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SOUNDING on Southeast Asia, 4 February 2010

Prime Minister Hun Sen, who is about to make his first trip to ព្រះ​វិហារ (Preah Vihear) temple in the midst of the run-up to the dry-season offensive (military potential, but it’s going to be loud, at minimum), has also been preaching parables to people in his client-base.  This parable is all about a good Buddhist elder and a bad Buddhist elder, and how at some point, the good guy eventually gets tired of being good to the bad guy and the bad guy stops getting what he asks for, gets leprosy, and dies.  Just sayin’!

Meanwhile, just across the Thai border, the cold-hearted bastards at Reuters who analyze trends for investors have started warning about a possible coup.

Economic indicators in Cambodia: a brand-new, purportedly high-quality modern Rice Mill has opened in Battambang Province.  The president has a Khmer name; is the company owned by a Cambodian and do profits stay in country? Meanwhile, pawn shops are becoming legal.  That’ll help. Cause god knows, there aren’t enough opportunities to buy second-hand, stolen commodity goods in Cambodia right now.

Human Rights Watch has released a 93 page report which is very hard to read.  It details the horrendous abuse taking place in Cambodia’s Drug “Rehab” centers, largely of young children from the streets.  Beatings are not the worst of it.  HRW recommends that the centers be monitored by the UN. I think they should be destroyed and ripped down to the foundations.

Oh, and that cool image from the MMAP folks of what appears to be a burial urn?  It was.  And that’s the second one evah.  Awesomes.

SOUNDING on Cambodia: Hun Sen and Preah Vihear

shot caller

Paul Vrieze publishes a review of Hun Sen‘s 25 years in power. Hun Sen’s greatest asset has far too often been seen by his critics as a weakness: he was on many different and conflicting sides in the conflicts of the 70s and 80s – just like the majority of Cambodians. Unlike most Cambodians, in addition to having had a kaleidoscopic history of shifting political loyalties, he has only every really been on one side: his own. [link, via]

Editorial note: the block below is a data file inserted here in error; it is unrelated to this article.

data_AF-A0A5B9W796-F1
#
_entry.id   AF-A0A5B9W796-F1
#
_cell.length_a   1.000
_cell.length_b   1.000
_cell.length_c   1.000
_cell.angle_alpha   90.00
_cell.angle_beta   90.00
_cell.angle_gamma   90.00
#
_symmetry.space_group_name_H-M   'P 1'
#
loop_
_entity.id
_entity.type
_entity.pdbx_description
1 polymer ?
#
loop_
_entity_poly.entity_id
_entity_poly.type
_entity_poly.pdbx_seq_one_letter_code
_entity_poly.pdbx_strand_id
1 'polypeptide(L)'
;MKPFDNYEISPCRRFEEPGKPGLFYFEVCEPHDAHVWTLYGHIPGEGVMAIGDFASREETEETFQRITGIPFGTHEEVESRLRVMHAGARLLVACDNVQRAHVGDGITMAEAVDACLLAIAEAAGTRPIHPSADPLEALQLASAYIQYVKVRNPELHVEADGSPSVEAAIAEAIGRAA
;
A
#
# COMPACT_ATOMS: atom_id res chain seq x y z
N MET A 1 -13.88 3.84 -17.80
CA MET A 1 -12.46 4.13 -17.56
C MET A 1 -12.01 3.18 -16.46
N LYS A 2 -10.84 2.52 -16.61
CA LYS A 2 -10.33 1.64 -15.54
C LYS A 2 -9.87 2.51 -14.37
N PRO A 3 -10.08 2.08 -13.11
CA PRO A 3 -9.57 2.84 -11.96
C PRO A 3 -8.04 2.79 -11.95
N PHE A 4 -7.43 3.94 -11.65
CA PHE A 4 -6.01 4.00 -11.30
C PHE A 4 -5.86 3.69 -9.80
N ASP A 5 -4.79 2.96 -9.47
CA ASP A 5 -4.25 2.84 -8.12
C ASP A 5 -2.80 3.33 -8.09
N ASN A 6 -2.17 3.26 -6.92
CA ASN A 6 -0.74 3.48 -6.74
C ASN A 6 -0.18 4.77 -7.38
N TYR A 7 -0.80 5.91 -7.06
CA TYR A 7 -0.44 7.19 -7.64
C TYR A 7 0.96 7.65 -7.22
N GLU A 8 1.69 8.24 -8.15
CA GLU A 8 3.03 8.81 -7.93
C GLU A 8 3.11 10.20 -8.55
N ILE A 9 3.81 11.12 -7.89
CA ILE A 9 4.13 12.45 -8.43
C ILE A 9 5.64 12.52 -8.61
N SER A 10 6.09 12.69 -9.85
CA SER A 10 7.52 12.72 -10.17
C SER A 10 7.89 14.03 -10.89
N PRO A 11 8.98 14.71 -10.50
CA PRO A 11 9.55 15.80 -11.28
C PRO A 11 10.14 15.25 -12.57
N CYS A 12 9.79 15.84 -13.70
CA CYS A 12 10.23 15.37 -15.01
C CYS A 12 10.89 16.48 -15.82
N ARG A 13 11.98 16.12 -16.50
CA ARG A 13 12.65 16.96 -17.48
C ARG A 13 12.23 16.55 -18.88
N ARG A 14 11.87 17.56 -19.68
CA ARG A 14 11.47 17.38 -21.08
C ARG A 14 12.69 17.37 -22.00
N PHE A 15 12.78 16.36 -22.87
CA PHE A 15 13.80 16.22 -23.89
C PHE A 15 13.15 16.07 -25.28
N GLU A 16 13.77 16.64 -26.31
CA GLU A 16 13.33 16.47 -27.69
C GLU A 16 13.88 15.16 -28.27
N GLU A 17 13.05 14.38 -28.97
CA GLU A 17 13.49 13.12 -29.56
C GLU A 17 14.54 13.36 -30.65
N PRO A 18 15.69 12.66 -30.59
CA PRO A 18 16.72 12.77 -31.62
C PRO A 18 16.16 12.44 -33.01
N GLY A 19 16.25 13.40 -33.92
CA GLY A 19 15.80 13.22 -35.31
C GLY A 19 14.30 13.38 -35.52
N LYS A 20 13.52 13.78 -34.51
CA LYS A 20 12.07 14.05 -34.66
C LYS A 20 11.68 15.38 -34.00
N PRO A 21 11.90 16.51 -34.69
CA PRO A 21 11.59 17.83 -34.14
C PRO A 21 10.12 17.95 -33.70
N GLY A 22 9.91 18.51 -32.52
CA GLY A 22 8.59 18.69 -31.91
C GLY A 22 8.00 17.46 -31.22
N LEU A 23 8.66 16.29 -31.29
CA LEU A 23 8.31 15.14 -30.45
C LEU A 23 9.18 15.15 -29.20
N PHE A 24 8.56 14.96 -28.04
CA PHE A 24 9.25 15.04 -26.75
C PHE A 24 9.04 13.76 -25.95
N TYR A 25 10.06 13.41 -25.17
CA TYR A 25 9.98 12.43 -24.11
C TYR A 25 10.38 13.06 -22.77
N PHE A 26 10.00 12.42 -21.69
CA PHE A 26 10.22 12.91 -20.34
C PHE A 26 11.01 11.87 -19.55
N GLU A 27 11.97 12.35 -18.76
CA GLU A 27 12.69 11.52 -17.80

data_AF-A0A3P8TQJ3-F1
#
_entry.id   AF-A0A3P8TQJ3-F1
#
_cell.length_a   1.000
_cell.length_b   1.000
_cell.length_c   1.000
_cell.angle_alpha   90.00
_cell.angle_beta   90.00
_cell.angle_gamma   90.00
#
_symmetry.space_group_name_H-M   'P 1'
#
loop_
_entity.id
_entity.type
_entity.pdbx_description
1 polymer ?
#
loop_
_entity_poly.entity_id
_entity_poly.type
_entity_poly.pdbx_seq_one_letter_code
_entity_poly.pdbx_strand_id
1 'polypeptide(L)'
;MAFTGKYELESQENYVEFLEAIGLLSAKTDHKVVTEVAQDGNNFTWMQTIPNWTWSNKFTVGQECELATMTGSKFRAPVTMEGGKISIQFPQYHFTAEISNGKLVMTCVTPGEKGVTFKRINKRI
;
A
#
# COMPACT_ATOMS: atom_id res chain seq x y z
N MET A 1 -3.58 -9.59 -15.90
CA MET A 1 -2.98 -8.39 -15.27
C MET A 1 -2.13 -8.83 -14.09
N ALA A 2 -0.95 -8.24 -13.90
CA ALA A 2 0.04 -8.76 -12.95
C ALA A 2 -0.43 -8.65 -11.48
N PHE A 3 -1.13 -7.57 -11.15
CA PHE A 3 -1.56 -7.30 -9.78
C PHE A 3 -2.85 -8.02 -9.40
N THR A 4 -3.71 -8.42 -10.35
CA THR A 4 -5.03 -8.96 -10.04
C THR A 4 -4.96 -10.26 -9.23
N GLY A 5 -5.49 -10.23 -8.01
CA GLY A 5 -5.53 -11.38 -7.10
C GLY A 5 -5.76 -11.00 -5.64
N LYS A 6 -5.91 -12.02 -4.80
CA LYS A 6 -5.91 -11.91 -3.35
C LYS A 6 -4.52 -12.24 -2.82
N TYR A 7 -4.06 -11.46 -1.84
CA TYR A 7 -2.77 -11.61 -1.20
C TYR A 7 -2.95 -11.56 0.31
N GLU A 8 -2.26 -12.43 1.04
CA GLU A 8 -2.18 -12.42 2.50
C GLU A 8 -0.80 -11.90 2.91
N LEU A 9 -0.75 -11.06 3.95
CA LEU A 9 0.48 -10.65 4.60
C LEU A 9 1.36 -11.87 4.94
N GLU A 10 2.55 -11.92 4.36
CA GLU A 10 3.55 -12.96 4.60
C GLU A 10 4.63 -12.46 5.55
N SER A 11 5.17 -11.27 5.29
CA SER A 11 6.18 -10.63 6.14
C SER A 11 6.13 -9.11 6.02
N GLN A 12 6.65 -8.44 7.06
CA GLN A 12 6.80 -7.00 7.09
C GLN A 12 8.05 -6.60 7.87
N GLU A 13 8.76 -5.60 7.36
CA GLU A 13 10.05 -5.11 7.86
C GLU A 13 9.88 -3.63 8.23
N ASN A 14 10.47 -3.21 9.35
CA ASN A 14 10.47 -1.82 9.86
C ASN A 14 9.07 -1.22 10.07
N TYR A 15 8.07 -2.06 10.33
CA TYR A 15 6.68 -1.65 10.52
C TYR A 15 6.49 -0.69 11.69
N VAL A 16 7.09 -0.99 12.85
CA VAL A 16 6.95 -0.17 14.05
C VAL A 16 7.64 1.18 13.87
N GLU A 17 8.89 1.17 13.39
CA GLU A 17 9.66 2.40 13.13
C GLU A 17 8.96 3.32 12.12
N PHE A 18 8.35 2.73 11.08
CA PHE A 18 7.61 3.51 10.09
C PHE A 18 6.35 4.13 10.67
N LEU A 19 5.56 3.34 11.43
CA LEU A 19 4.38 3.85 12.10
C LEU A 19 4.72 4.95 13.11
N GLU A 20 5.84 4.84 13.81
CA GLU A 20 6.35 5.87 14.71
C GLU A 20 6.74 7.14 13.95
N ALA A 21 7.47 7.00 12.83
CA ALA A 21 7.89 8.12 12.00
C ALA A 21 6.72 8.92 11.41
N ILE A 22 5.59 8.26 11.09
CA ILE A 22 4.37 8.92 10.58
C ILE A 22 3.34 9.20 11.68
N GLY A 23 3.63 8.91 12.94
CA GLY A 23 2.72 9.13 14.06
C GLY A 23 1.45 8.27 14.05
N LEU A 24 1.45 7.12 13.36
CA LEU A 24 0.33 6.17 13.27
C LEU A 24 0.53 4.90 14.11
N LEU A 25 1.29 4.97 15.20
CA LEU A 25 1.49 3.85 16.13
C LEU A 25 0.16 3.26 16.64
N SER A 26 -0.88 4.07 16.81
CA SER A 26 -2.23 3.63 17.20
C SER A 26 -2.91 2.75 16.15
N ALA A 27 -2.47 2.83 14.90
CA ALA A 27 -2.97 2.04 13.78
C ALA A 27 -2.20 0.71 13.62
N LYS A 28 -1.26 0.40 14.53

Despite his political skills, Hun Sen did not shy away from using violence against political opposition. In 1997, he took over thegovernment by force and the ensuing fighting killed about 100 people, mostly from the rival Funcinpec Party, according to a 2008 US Congressional Research Service (CRS) report, which referred to the takeover as an “unlawful seizure of power”.

Before the military takeover, a grenade attack hit a peaceful opposition rally in Phnom Penh, which killed 16 children, men and women and wounded more than 100 others. Recent disclosures of the US Federal Bureau of Investigation’s (FBI) probe into the attack, which was conducted because an American citizen was injured in the blast, were made under a Freedom of Information Act request filed by The Cambodia Daily, a local English-language newspaper.

The investigation, which was cut short due to intensifying threats to the FBI agent, found evidence that directly implicated Hun Sen’s bodyguard unit and the CPP, while highly placed witnesses declined to cooperate with the FBI, according to the records disclosed to the newspaper. The US government reacted to the violent events of 1997 by banning direct aid to Cambodia for a decade. As the US Congressional Research Service noted, “The autocratic tendencies of Prime Minister Hun Sen have discouraged foreign investment and strained US-Cambodian relations.”

And oh yes, the Dry Season is here – so it’s about time for violent misunderstandings at the Cambodian-Thai border, over the Khmer temple of ប្រសាទ​ព្រះ​វិហារ Prasat Preah Vihear (Thai: Phra Viharn). [link, link]